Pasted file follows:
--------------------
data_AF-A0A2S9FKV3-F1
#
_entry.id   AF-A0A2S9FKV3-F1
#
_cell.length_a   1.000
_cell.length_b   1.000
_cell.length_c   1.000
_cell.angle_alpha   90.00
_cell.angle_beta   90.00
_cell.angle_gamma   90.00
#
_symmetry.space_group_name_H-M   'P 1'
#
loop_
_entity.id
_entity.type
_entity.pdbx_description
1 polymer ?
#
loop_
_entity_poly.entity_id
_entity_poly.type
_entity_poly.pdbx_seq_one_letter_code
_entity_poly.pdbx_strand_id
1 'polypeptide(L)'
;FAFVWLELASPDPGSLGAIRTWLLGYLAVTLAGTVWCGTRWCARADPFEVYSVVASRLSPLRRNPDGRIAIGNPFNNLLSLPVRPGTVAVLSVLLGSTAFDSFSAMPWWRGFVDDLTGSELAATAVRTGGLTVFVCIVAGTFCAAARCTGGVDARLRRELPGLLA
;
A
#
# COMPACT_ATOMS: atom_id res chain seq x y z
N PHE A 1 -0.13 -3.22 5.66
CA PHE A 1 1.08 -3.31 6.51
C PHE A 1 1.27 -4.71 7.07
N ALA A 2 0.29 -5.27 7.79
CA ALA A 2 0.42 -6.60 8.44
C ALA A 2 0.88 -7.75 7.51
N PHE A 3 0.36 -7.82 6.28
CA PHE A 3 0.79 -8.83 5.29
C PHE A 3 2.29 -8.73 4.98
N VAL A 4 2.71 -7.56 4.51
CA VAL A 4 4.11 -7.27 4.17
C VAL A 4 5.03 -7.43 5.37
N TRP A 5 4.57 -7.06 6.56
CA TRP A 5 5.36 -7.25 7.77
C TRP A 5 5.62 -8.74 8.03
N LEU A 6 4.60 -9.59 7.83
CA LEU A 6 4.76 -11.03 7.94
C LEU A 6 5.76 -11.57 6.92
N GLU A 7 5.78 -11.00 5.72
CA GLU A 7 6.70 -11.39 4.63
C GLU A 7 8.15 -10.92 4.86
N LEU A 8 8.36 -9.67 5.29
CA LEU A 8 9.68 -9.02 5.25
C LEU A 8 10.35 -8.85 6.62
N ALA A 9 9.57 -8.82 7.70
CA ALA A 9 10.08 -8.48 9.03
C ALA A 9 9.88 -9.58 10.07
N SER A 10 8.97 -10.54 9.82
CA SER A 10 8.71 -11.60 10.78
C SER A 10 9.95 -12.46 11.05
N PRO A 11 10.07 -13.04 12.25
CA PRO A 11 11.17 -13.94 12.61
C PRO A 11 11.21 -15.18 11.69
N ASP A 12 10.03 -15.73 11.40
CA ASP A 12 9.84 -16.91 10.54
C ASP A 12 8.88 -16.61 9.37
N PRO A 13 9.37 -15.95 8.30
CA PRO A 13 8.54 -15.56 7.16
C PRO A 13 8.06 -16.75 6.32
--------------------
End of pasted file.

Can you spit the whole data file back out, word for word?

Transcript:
data_AF-A0A2S9FKV3-F1
#
_entry.id   AF-A0A2S9FKV3-F1
#
_cell.length_a   1.000
_cell.length_b   1.000
_cell.length_c   1.000
_cell.angle_alpha   90.00
_cell.angle_beta   90.00
_cell.angle_gamma   90.00
#
_symmetry.space_group_name_H-M   'P 1'
#
loop_
_entity.id
_entity.type
_entity.pdbx_description
1 polymer ?
#
loop_
_entity_poly.entity_id
_entity_poly.type
_entity_poly.pdbx_seq_one_letter_code
_entity_poly.pdbx_strand_id
1 'polypeptide(L)'
;FAFVWLELASPDPGSLGAIRTWLLGYLAVTLAGTVWCGTRWCARADPFEVYSVVASRLSPLRRNPDGRIAIGNPFNNLLSLPVRPGTVAVLSVLLGSTAFDSFSAMPWWRGFVDDLTGSELAATAVRTGGLTVFVCIVAGTFCAAARCTGGVDARLRRELPGLLA
;
A
#
# COMPACT_ATOMS: atom_id res chain seq x y z
N PHE A 1 -0.13 -3.22 5.66
CA PHE A 1 1.08 -3.31 6.51
C PHE A 1 1.27 -4.71 7.07
N ALA A 2 0.29 -5.27 7.79
CA ALA A 2 0.42 -6.60 8.44
C ALA A 2 0.88 -7.75 7.51
N PHE A 3 0.36 -7.82 6.28
CA PHE A 3 0.79 -8.83 5.29
C PHE A 3 2.29 -8.73 4.98
N VAL A 4 2.71 -7.56 4.51
CA VAL A 4 4.11 -7.27 4.17
C VAL A 4 5.03 -7.43 5.37
N TRP A 5 4.57 -7.06 6.56
CA TRP A 5 5.36 -7.25 7.77
C TRP A 5 5.62 -8.74 8.03
N LEU A 6 4.60 -9.59 7.83
CA LEU A 6 4.76 -11.03 7.94
C LEU A 6 5.76 -11.57 6.92
N GLU A 7 5.78 -11.00 5.72
CA GLU A 7 6.70 -11.39 4.63
C GLU A 7 8.15 -10.92 4.86
N LEU A 8 8.36 -9.67 5.29
CA LEU A 8 9.68 -9.02 5.25
C LEU A 8 10.35 -8.85 6.62
N ALA A 9 9.57 -8.82 7.70
CA ALA A 9 10.08 -8.48 9.03
C ALA A 9 9.88 -9.58 10.07
N SER A 10 8.97 -10.54 9.82
CA SER A 10 8.71 -11.60 10.78
C SER A 10 9.95 -12.46 11.05
N PRO A 11 10.07 -13.04 12.25
CA PRO A 11 11.17 -13.94 12.61
C PRO A 11 11.21 -15.18 11.69
N ASP A 12 10.03 -15.73 11.40
CA ASP A 12 9.84 -16.91 10.54
C ASP A 12 8.88 -16.61 9.37
N PRO A 13 9.37 -15.95 8.30
CA PRO A 13 8.54 -15.56 7.16
C PRO A 13 8.06 -16.75 6.32